Having endured record prices for gasoline, spikes in our nation’s natural gas and heating oil costs, rising electricity prices, and increasing alarm over our planet’s environmental health, it is clear that we need a major transformation in the way we develop and use our energy resources. Change is coming. In shaping this change, we must make smart decisions to ensure a sustainable energy future.
America’s consumers have many expectations about the energy they use. They expect it to be affordable and predictable. Energy needs make up a major portion of household and business budgets. Consumers expect energy to be produced in a way that is environmentally sound – without harmful impacts on the quality of air, water, or land. Consumers recognize the relationship between energy and a sustainable economy and expect the energy sector to support economic development goals. They expect reliable, high quality energy. Blackouts cause disruption in our daily lives and loss of economic activity. They expect our energy systems to be safe and secure. They expect these fuels and technologies to be managed in a way that withstands disruptions caused by acts of nature or accidental or deliberate human actions.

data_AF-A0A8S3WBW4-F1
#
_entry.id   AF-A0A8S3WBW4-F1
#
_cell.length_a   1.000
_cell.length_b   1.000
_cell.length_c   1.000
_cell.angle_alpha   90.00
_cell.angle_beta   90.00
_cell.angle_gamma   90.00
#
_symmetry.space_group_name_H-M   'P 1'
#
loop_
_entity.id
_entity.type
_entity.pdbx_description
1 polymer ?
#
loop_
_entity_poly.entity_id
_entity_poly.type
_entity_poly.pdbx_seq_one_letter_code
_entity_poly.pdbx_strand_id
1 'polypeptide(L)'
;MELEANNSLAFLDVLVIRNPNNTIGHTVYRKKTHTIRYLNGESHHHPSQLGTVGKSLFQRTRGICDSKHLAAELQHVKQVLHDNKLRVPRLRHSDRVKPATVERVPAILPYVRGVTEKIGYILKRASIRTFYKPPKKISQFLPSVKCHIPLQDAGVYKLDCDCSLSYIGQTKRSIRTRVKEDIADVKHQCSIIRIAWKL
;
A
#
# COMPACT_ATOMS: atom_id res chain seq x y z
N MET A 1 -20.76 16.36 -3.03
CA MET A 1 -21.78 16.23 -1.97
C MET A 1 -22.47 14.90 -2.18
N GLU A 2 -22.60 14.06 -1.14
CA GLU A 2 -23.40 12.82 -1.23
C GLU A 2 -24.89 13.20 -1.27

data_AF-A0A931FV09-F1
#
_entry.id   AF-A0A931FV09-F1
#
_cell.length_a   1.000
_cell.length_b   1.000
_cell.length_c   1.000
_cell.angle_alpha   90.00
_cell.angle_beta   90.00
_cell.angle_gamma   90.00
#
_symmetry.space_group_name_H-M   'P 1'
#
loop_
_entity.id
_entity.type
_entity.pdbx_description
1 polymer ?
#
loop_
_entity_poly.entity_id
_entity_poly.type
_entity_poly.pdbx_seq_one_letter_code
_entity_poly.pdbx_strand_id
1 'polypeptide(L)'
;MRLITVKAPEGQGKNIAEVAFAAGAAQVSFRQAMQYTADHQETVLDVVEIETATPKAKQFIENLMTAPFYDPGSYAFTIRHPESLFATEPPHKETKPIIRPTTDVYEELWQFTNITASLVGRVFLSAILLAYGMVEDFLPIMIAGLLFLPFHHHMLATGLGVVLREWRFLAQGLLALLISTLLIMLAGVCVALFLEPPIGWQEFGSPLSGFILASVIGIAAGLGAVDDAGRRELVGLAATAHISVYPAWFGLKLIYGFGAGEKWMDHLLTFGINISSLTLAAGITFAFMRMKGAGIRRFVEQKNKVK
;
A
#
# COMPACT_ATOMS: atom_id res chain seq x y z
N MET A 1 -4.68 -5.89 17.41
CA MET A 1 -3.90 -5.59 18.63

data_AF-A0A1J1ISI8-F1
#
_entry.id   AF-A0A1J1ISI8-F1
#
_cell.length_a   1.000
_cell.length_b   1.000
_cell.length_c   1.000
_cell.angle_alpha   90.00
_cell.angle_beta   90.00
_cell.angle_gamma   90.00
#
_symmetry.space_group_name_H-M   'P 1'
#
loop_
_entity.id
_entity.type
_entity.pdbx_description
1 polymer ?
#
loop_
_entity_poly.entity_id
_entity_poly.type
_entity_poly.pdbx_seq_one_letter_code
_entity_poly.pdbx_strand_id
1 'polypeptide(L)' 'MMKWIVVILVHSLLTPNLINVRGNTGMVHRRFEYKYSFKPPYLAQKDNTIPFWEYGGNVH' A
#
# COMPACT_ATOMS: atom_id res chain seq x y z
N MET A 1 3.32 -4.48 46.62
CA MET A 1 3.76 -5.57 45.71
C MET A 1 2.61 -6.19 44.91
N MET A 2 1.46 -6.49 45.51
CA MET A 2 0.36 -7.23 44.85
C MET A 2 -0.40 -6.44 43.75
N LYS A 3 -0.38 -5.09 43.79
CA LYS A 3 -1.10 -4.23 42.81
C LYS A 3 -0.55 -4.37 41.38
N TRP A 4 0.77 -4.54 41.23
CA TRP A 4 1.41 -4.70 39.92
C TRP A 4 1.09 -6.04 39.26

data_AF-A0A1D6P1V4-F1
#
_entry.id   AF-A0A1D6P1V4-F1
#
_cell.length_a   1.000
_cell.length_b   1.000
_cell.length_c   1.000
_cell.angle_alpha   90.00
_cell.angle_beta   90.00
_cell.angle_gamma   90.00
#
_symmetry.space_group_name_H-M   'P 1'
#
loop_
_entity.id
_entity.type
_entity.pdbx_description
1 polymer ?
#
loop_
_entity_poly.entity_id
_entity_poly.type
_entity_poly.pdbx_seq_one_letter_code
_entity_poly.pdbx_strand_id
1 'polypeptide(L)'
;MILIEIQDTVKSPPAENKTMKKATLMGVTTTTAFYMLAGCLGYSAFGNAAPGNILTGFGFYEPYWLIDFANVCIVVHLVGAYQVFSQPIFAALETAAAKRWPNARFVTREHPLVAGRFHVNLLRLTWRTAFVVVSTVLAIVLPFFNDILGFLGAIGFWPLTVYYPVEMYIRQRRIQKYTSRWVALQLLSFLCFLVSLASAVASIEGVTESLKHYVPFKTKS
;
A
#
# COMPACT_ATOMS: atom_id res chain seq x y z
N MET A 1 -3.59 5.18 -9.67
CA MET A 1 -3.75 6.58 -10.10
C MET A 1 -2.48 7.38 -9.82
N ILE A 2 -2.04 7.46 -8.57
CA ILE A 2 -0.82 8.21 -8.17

Each of our energy fuels involves a set of benefits and costs. Coal, for example, is relatively affordable and supply is available, but its extraction and use entail significant environmental challenges. Natural gas does not emit large amounts of greenhouse gases, but adequate supply is an issue. Wind and solar energy are renewable, but they can’t be counted on when the wind doesn’t blow or the sun doesn’t shine. Nuclear power is available, but without technological advances. Oil has been the transportation fuel of choice, but much of the supply comes from unstable countries.
There is no silver bullet. It is clear that we need a broad portfolio of fuels and technologies to meet the nation’s future energy demands. The challenge is to adopt policies and programs to maximize the positive attributes of each fuel and minimize the negatives.
Shockingly, since the 1970s public and private funding of research and development for energy technologies has been in steady decline. This trend is not unique to the U.S. Funding for energy R&D in the European Union as a proportion of total R&D has declined from a high of around 50 percent in the 1980s to a projected 14 percent between 1998 and 2002.
Our consumers are looking to both the government and the business community to address the energy challenges they see today. With both national security and economic security at risk, there is sufficient justification for an expanded role for government. The first step has to be reversing the trend in energy R&D funding and providing real incentives to ensure deployment of these new technologies.